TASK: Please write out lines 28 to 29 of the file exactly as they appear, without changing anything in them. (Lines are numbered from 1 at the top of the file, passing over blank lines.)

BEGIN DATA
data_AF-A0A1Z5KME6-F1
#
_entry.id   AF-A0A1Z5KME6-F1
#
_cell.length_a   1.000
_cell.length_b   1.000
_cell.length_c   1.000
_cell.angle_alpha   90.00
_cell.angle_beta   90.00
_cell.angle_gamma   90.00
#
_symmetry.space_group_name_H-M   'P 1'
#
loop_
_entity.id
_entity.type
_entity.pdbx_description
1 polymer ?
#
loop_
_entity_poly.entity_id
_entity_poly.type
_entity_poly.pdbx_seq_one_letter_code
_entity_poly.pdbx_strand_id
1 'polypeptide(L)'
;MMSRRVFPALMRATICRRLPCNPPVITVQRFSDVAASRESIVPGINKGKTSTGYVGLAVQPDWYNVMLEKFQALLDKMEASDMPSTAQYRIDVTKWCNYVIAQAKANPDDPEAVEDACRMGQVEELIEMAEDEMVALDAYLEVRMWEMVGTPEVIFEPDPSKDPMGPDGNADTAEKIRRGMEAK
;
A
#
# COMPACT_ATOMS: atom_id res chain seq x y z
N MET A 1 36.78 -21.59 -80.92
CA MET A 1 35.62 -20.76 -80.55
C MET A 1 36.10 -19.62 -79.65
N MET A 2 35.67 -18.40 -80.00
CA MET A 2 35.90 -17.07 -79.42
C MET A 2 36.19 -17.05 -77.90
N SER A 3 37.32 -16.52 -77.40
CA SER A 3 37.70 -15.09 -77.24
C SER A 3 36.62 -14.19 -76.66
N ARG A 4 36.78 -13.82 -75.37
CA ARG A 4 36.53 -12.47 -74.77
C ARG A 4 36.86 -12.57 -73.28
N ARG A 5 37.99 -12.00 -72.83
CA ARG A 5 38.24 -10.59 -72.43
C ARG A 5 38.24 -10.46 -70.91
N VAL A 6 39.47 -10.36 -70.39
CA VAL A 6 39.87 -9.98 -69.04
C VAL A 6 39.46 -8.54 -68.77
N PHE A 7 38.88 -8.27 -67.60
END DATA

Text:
A
#